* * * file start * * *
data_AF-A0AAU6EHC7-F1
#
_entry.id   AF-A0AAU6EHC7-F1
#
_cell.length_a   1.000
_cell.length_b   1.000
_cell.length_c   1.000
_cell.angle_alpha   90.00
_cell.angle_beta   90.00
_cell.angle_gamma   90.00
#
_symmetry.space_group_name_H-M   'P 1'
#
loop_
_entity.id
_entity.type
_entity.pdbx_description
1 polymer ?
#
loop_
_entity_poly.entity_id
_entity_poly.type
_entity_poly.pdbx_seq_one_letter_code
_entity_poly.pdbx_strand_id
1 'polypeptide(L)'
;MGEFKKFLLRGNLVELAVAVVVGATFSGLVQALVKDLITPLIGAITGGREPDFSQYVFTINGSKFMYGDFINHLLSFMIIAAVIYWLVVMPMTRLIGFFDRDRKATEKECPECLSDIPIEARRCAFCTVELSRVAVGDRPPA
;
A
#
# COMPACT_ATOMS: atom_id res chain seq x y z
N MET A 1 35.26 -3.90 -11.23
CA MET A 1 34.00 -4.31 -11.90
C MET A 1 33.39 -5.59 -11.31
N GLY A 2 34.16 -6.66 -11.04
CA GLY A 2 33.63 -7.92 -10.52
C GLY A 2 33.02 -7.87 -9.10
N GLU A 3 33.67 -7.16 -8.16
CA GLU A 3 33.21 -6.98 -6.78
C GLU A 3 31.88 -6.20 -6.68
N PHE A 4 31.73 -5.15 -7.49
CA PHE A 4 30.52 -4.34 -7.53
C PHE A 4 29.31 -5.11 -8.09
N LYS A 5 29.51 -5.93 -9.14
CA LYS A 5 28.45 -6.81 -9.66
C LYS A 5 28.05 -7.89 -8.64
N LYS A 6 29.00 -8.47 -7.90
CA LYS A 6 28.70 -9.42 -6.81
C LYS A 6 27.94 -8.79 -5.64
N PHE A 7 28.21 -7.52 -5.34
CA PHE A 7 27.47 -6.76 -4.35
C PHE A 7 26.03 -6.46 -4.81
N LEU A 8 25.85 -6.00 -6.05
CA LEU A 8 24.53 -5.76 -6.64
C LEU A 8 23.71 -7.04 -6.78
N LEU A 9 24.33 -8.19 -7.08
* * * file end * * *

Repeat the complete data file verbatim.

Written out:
data_AF-A0AAU6EHC7-F1
#
_entry.id   AF-A0AAU6EHC7-F1
#
_cell.length_a   1.000
_cell.length_b   1.000
_cell.length_c   1.000
_cell.angle_alpha   90.00
_cell.angle_beta   90.00
_cell.angle_gamma   90.00
#
_symmetry.space_group_name_H-M   'P 1'
#
loop_
_entity.id
_entity.type
_entity.pdbx_description
1 polymer ?
#
loop_
_entity_poly.entity_id
_entity_poly.type
_entity_poly.pdbx_seq_one_letter_code
_entity_poly.pdbx_strand_id
1 'polypeptide(L)'
;MGEFKKFLLRGNLVELAVAVVVGATFSGLVQALVKDLITPLIGAITGGREPDFSQYVFTINGSKFMYGDFINHLLSFMIIAAVIYWLVVMPMTRLIGFFDRDRKATEKECPECLSDIPIEARRCAFCTVELSRVAVGDRPPA
;
A
#
# COMPACT_ATOMS: atom_id res chain seq x y z
N MET A 1 35.26 -3.90 -11.23
CA MET A 1 34.00 -4.31 -11.90
C MET A 1 33.39 -5.59 -11.31
N GLY A 2 34.16 -6.66 -11.04
CA GLY A 2 33.63 -7.92 -10.52
C GLY A 2 33.02 -7.87 -9.10
N GLU A 3 33.67 -7.16 -8.16
CA GLU A 3 33.21 -6.98 -6.78
C GLU A 3 31.88 -6.20 -6.68
N PHE A 4 31.73 -5.15 -7.49
CA PHE A 4 30.52 -4.34 -7.53
C PHE A 4 29.31 -5.11 -8.09
N LYS A 5 29.51 -5.93 -9.14
CA LYS A 5 28.45 -6.81 -9.66
C LYS A 5 28.05 -7.89 -8.64
N LYS A 6 29.00 -8.47 -7.90
CA LYS A 6 28.70 -9.42 -6.81
C LYS A 6 27.94 -8.79 -5.64
N PHE A 7 28.21 -7.52 -5.34
CA PHE A 7 27.47 -6.76 -4.35
C PHE A 7 26.03 -6.46 -4.81
N LEU A 8 25.85 -6.00 -6.05
CA LEU A 8 24.53 -5.76 -6.64
C LEU A 8 23.71 -7.04 -6.78
N LEU A 9 24.33 -8.19 -7.08